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Elife. 2017 Sep 11;6. pii: e27861. doi: 10.7554/eLife.27861.

Regulation of the glucocorticoid receptor via a BET-dependent enhancer drives antiandrogen resistance in prostate cancer.

Author information

1
Human Oncology and Pathogenesis Program, Memorial Sloan Kettering Cancer Center, New York, United States.
2
The Louis V. Gerstner Graduate School of Biomedical Sciences, Sloan Kettering Institute, Memorial Sloan Kettering Cancer Center, New York, United States.
3
Department of Neurology, Genetics and Neuroscience, Albert Einstein College of Medicine, Bronx, United States.
4
Department of Medicine, Memorial Sloan Kettering Cancer Center, New York, United States.
5
Department of Pathology, Massachusetts General Hospital and Harvard Medical School, Boston, United States.
6
Department of Medical Oncology, Dana-Farber Cancer Institute and Harvard Medical School, Boston, United States.
7
Division of Medical Oncology, Washington University School of Medicine, St Louis, United States.
8
Howard Hughes Medical Institute, Memorial Sloan Kettering Cancer Center, New York, United States.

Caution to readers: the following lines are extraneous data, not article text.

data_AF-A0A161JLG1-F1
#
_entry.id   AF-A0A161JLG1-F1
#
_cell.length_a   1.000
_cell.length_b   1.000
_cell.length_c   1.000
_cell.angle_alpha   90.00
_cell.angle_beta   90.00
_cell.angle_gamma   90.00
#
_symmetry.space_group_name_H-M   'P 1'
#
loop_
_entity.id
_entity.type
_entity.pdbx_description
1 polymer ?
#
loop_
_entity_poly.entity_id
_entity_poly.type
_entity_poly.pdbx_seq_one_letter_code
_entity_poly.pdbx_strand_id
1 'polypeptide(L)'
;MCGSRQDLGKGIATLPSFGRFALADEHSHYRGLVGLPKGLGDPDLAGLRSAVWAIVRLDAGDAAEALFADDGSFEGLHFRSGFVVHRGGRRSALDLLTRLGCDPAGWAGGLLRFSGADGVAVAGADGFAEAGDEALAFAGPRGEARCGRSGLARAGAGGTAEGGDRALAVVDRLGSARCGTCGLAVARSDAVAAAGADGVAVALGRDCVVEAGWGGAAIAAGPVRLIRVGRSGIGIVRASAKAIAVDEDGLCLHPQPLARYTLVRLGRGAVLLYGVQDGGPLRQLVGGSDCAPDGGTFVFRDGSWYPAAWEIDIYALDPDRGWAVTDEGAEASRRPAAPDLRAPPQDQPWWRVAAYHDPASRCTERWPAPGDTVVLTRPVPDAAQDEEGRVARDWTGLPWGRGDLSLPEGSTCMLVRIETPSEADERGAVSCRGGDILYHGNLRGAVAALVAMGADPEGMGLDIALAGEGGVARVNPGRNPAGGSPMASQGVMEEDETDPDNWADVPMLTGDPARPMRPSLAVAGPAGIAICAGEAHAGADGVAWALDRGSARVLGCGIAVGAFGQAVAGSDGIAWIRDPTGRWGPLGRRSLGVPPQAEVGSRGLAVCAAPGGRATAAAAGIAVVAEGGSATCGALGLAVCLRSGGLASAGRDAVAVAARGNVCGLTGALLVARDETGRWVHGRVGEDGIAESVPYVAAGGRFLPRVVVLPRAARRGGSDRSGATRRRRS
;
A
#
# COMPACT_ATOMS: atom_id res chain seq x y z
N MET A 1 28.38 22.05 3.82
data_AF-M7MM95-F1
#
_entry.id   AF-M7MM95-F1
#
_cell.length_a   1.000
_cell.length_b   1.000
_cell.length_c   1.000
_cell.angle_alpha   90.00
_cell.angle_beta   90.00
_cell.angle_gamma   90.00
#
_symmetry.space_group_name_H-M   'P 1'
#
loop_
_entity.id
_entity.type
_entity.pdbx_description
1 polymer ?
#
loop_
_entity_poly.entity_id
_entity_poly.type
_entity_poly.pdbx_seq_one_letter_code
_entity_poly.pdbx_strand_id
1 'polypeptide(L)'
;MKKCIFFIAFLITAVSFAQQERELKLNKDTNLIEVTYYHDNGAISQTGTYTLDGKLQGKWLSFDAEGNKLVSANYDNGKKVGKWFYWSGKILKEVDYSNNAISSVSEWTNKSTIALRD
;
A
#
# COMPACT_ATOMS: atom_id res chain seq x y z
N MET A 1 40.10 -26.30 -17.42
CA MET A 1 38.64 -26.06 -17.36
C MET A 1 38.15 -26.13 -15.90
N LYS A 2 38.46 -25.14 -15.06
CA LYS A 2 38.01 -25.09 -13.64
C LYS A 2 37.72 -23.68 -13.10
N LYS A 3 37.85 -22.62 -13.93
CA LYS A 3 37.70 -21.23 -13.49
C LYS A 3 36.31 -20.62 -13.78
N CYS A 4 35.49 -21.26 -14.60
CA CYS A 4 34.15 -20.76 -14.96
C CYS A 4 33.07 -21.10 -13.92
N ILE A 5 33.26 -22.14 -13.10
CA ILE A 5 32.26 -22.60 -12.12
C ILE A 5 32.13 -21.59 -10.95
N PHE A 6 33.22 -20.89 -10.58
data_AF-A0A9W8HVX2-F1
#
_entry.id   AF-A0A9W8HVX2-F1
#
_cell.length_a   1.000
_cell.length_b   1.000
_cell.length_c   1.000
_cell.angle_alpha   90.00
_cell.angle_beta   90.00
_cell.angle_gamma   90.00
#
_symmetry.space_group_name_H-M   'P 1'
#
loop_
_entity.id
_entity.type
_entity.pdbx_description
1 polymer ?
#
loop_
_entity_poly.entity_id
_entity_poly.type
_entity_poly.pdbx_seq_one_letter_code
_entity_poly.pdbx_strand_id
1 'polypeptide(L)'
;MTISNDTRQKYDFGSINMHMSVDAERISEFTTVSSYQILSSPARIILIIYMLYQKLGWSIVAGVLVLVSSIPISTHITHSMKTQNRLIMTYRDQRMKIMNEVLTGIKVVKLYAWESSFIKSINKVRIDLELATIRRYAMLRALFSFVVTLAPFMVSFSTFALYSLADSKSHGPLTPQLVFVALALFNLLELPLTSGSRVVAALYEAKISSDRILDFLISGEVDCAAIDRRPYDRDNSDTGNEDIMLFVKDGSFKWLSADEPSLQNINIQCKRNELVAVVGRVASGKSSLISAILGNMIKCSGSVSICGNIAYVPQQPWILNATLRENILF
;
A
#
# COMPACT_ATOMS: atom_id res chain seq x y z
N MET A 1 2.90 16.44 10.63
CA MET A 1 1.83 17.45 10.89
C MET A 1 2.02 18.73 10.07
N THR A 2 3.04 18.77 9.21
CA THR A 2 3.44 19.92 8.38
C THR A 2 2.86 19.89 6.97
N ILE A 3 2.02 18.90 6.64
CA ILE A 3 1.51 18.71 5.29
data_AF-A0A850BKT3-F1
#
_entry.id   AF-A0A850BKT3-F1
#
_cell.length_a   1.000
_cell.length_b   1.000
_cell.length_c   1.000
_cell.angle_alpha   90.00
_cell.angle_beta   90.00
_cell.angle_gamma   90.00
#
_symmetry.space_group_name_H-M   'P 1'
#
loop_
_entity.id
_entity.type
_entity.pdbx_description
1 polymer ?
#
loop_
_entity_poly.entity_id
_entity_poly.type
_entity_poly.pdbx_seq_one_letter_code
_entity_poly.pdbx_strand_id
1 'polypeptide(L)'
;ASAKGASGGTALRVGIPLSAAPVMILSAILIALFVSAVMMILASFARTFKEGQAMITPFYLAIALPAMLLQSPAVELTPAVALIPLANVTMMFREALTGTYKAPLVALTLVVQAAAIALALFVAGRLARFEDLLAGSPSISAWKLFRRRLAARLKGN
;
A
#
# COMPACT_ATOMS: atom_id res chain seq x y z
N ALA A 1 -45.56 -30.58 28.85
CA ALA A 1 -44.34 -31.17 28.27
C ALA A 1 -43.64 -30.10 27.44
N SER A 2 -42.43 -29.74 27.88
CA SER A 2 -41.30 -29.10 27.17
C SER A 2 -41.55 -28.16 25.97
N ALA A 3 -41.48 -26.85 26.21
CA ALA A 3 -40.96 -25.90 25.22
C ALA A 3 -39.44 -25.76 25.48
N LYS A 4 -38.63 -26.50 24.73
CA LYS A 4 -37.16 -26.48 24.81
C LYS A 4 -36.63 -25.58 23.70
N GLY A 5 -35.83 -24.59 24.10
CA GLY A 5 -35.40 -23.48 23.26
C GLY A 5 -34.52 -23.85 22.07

Abstract

In prostate cancer, resistance to the antiandrogen enzalutamide (Enz) can occur through bypass of androgen receptor (AR) blockade by the glucocorticoid receptor (GR). In contrast to fixed genomic alterations, here we show that GR-mediated antiandrogen resistance is adaptive and reversible due to regulation of GR expression by a tissue-specific enhancer. GR expression is silenced in prostate cancer by a combination of AR binding and EZH2-mediated repression at the GR locus, but is restored in advanced prostate cancers upon reversion of both repressive signals. Remarkably, BET bromodomain inhibition resensitizes drug-resistant tumors to Enz by selectively impairing the GR signaling axis via this enhancer. In addition to revealing an underlying molecular mechanism of GR-driven drug resistance, these data suggest that inhibitors of broadly active chromatin-readers could have utility in nuanced clinical contexts of acquired drug resistance with a more favorable therapeutic index.

KEYWORDS:

cancer biology; epigenetics; human; mouse; prostate cancer; resistance to targeted therapies

PMID:
28891793
PMCID:
PMC5593504
DOI:
10.7554/eLife.27861
[Indexed for MEDLINE]
Free PMC Article

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